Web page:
The news this morning is that the real estate market shows unmistakable signs of stabilizing. It has been battered certainly but, as has been the case for the past 50 years, not broken. It’s welcome news.
Through mild and severe recessions, fuel shortages, gasoline price increases, terrorist attacks, wars, domestic political upheaval, Democrat and Republican federal administrations, the Martha’s Vineyard Commission, even through the Massachusetts governorships of Michael Dukakis, Jane Swift, and now the hapless Deval Patrick, the Vineyard real estate industry has weathered each storm. And, doing so, it has suffered less when the nation has suffered and enjoyed greater success than much of the nation when the nation has exulted economically.
This is so because the Vineyard is a clean, lovely, peaceable place that is smack in the accessible middle of the Boston-Washington megalopolis. It is also true that although property values are staggeringly high, even still as a monumental recession appears to be loosening its grip, they are mostly high in the view of those of us who live here year-round, or who have descended from long-time, legacy Islanders, and tried to live Island lives of limited opportunity. (At dinner the other night, an incredulous Chappaquiddick seasonal resident, asked, “How do you make any money living here year-round?” It was, to him, a concept beyond all reason.)
To the seasonal property owners who own the high-price spreads and who pay the largest share of the real estate taxes that support town and county spending, the prices are not so high, and the taxes, compared with what they pay in Weston, Wellesley, North Salem, Manhattan, Ramapo, Darien, Ridgefield, Mount Kisco, etc., are not especially discouraging either.
So, they come. And, consequently, the enduring success of the real estate economy is the financial foundation of life on Martha’s Vineyard. And, that’s not merely because a rich family from Greenwich Village buys a fizzy waterfront spot on Katama Bay. That’s just the downpayment.
It’s the landscaping, caretaking, plumbing, remodeling, new construction, tree trimming, house painting, home furnishing, banking, dining, shopping dollars that spin from that purchase annually, and over time, that buoys what we nervously describe as the Island economy. Take all that wealth transferred in from big money, ambitous, risk taking households based elsewhere and add the transfer income that flows to retirees whose careers were elsewhere as they summered here, and then retired to their Vineyard summer place — the total is most of the Vineyard’s GDP.
But, of course, there’s a downside. All our eggs are in one basket. Fashion is fickle. Even fashionable summer resorts go out of fashion. Southern Pines was bigger once, so was Maine, but not so much these days. And, there’s competition. The Berkshires, the Hamptons, Nantucket — each attracts customers/vacationers/summer property owners from the same pack we court.
And, there’s attitude. One presumes that vacationers like to go where they are welcomed, not disdained, not regarded as necessary evils who we, as is our customary smug practice, consider trainees, whose bad habits and deplorable appetites must be restrained and, if possible, extinguished. After all, who better than us to teach these pilgrims how to behave, after they’ve paid the multi-million entry fee?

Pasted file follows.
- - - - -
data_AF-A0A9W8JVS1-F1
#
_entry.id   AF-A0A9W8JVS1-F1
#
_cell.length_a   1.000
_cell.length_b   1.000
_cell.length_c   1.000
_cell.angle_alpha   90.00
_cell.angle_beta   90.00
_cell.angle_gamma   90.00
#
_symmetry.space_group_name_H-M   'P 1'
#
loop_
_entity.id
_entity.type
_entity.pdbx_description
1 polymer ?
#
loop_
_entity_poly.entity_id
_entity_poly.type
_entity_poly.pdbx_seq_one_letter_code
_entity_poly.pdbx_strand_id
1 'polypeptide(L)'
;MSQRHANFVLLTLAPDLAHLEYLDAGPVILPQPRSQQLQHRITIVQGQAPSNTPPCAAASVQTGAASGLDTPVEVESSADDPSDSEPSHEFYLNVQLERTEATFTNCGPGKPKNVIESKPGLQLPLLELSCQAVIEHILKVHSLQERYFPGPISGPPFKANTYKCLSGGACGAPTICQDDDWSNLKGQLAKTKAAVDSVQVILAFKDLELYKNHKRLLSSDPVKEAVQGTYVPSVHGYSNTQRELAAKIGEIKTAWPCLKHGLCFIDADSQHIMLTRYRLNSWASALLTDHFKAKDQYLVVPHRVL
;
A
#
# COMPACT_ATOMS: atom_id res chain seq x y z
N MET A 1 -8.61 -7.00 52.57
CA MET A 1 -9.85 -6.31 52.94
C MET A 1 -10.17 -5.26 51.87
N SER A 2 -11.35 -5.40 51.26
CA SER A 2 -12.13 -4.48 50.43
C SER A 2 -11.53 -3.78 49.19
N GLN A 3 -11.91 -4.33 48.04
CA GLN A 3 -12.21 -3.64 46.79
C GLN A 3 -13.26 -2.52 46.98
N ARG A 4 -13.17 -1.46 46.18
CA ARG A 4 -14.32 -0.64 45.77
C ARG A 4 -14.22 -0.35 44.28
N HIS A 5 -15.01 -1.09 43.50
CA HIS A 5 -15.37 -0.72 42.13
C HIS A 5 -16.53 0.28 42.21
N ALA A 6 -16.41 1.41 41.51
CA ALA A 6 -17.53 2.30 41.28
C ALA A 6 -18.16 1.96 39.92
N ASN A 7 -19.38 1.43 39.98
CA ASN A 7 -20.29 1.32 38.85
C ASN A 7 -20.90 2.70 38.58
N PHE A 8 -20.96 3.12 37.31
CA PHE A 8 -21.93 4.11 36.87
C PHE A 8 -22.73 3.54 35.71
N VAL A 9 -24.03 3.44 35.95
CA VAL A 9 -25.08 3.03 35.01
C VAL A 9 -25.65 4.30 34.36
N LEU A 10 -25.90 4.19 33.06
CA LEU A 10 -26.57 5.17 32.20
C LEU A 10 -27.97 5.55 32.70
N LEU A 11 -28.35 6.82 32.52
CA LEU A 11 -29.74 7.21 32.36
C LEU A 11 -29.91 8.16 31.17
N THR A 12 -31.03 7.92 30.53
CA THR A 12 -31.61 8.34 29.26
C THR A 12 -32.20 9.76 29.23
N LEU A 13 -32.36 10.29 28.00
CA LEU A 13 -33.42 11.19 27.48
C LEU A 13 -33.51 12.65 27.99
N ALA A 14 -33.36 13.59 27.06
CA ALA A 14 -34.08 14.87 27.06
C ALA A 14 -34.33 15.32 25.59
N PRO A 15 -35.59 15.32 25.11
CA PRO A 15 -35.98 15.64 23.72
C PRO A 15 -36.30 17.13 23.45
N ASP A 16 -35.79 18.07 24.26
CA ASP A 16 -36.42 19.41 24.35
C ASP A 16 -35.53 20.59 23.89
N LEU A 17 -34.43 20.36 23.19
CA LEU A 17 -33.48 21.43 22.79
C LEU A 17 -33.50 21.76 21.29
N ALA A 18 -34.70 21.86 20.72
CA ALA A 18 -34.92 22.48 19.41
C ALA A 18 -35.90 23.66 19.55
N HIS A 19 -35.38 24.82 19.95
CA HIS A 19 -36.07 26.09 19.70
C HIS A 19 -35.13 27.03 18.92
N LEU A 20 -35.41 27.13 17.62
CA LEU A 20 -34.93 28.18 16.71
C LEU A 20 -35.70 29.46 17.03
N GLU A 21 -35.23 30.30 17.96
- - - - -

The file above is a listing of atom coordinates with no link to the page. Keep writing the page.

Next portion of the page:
Finally, there are the distortions that living life the way we do practices upon us. In many parts of the country, folks earn their daily bread in a variety of industries. They start industries of their own. They peddle their skills and products in competitive markets that are not circumscribed by salt water. If the financing they need is not here, they try there. If the market for their goods is not there, they market their goods elsewhere. If they need another degree or specialized training, or a bigger office, more parking, easier access to shipping, it’s all possible with a train ride, a flight, a commute, or a move to another part of town. If they need a place to live, they can start small and inexpensive, as a renter or first-time homebuyer. If the neighborhood they like is too expensive when they’re just starting, they move out of the center of town and find something cheaper. Nearly everything’s possible.
Here, not so much. One sometimes wishes that instead of spending millions in subsidies for low income/moderate income folks to buy what are actually leased dwellings masquerading as the home of a lifetime, we put the same funds in a scholarship bank to help Island young people move off-Island for college educations and important careers. That way, when they have made their marks, they can return, if they like, to join the seasonal or year-round populations.
When we think of broadening the economic base, we imagine spawning more farmers’ markets or building a $200 million community-owned wind farm. We might better consider how to incinerate our waste stream to create energy, rather than shipping it at great cost to an incinerator elsewhere. We might do better to consider investing what funds we can assemble in wicked-fast broadband technology and then encouraging information-based, high-value, low-impact businesses to locate here.
Then there is the ultimate distortion that occurs when one’s personal economy, as well as the six-town community, depends as heavily as it does upon the financial contributions of a very few — for it is a very small number — seasonal property owners and an even smaller number of retirees. One yearns for a product that attracts dollars from faceless Californians and Chinese, or even from middle-aged computer game designers who like the quiet life. One yearns to care less about the comfort level of our well-heeled neighbors and more about the independent spirit that would come with the diversification of Martha’s Vineyard’s gross domestic product.